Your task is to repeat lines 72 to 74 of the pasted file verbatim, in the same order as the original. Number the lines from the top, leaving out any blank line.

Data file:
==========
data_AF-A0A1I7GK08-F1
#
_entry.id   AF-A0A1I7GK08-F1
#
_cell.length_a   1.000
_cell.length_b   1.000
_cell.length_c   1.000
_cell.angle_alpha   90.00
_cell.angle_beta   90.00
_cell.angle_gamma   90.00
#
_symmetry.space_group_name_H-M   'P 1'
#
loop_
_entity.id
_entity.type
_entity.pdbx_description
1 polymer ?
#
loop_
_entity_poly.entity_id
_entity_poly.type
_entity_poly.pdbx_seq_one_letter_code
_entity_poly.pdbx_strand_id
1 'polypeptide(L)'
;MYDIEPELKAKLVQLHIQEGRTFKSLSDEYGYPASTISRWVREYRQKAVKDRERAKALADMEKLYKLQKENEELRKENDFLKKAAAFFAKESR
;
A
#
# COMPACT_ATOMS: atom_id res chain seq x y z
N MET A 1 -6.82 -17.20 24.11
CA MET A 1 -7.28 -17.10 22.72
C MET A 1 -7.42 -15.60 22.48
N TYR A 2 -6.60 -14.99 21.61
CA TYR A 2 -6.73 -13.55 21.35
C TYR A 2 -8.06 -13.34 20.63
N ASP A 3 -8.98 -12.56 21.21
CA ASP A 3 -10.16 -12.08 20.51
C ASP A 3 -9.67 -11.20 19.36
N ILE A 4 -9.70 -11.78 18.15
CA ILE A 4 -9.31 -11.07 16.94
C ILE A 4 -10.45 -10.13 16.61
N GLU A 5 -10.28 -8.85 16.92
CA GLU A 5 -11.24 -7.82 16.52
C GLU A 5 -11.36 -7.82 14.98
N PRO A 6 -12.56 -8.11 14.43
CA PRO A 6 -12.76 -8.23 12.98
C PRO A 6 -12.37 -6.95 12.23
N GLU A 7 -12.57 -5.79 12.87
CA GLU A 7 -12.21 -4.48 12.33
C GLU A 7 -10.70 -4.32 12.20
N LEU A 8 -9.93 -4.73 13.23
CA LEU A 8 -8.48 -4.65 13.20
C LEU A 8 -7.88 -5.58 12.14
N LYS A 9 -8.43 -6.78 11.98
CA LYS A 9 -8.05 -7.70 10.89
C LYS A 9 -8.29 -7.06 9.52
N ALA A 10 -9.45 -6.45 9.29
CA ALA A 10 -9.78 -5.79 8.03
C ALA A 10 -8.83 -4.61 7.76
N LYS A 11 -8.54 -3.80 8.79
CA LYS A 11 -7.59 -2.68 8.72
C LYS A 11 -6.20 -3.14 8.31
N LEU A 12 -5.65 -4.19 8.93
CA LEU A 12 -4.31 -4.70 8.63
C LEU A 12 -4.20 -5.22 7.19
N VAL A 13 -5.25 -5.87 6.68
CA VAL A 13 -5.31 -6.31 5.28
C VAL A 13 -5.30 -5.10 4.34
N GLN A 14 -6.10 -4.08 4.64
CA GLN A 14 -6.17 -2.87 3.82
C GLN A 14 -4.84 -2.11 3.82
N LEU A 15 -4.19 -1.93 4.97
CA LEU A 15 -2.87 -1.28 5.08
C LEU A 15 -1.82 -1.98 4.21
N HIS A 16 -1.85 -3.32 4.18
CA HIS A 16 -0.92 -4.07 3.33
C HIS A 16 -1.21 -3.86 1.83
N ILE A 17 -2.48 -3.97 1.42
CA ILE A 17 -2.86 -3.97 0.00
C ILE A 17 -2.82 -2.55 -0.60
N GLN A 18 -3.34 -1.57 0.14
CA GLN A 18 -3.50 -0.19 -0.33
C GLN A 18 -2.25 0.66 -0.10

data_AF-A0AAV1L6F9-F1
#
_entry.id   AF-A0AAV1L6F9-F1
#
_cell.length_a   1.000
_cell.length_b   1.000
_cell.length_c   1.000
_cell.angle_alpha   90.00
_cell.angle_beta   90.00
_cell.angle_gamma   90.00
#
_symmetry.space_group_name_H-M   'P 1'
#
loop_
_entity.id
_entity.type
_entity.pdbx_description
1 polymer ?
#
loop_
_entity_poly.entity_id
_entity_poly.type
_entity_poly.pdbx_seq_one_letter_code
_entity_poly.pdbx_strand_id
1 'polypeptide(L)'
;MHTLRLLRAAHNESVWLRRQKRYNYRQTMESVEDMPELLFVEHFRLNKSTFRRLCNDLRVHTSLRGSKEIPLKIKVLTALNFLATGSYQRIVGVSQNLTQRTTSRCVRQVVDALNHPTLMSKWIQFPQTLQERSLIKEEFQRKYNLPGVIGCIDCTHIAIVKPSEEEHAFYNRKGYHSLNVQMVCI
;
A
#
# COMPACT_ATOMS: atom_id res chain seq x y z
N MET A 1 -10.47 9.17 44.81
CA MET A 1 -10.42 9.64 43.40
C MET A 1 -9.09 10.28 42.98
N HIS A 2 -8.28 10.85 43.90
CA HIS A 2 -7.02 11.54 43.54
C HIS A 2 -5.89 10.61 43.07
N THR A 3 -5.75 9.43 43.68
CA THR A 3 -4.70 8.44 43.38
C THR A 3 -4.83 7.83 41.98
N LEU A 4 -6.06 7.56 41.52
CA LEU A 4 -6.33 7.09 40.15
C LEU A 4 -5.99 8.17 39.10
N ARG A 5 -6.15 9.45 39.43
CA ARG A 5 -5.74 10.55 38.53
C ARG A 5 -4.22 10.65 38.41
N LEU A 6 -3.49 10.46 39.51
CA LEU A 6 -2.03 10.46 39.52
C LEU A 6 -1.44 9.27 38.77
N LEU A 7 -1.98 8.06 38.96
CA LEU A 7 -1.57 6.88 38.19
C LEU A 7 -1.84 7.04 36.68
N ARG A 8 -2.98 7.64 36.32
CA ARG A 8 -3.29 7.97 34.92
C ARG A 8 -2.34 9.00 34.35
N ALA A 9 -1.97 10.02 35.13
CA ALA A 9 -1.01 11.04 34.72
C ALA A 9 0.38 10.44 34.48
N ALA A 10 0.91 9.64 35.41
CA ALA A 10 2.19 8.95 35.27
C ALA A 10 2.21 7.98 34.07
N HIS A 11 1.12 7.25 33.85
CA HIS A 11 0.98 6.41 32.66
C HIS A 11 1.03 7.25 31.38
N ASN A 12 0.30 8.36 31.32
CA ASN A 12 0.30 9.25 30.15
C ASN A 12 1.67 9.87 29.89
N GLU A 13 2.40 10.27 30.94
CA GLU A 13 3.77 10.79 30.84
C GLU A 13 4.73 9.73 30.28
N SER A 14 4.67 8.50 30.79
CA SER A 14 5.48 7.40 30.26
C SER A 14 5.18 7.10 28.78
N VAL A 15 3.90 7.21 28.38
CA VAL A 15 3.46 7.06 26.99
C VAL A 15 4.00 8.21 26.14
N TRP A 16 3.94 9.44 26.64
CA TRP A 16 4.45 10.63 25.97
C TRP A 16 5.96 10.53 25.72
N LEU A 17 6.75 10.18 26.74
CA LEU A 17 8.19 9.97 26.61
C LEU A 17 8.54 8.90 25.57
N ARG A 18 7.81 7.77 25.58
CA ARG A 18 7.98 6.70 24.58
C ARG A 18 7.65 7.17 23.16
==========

C GLN A 14 -4.84 -2.11 3.82
N LEU A 15 -4.19 -1.93 4.97
CA LEU A 15 -2.87 -1.28 5.08